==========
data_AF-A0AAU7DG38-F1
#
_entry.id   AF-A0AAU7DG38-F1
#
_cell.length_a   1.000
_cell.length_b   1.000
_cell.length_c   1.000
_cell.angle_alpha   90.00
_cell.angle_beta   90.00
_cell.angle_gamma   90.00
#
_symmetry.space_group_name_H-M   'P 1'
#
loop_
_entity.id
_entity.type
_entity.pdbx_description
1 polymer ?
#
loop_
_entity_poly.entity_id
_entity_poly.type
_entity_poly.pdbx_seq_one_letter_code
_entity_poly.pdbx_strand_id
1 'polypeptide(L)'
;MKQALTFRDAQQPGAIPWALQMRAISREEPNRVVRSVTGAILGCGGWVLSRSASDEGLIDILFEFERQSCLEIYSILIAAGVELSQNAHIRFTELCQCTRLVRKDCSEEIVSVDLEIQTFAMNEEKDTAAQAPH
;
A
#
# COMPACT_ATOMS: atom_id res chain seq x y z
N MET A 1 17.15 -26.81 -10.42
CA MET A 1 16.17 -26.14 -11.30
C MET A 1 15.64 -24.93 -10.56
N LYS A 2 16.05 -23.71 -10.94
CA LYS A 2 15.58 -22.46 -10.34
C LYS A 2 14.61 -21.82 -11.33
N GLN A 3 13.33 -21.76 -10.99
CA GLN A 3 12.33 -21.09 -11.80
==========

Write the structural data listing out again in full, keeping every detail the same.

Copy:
data_AF-A0AAU7DG38-F1
#
_entry.id   AF-A0AAU7DG38-F1
#
_cell.length_a   1.000
_cell.length_b   1.000
_cell.length_c   1.000
_cell.angle_alpha   90.00
_cell.angle_beta   90.00
_cell.angle_gamma   90.00
#
_symmetry.space_group_name_H-M   'P 1'
#
loop_
_entity.id
_entity.type
_entity.pdbx_description
1 polymer ?
#
loop_
_entity_poly.entity_id
_entity_poly.type
_entity_poly.pdbx_seq_one_letter_code
_entity_poly.pdbx_strand_id
1 'polypeptide(L)'
;MKQALTFRDAQQPGAIPWALQMRAISREEPNRVVRSVTGAILGCGGWVLSRSASDEGLIDILFEFERQSCLEIYSILIAAGVELSQNAHIRFTELCQCTRLVRKDCSEEIVSVDLEIQTFAMNEEKDTAAQAPH
;
A
#
# COMPACT_ATOMS: atom_id res chain seq x y z
N MET A 1 17.15 -26.81 -10.42
CA MET A 1 16.17 -26.14 -11.30
C MET A 1 15.64 -24.93 -10.56
N LYS A 2 16.05 -23.71 -10.94
CA LYS A 2 15.58 -22.46 -10.34
C LYS A 2 14.61 -21.82 -11.33
N GLN A 3 13.33 -21.76 -10.99
CA GLN A 3 12.33 -21.09 -11.80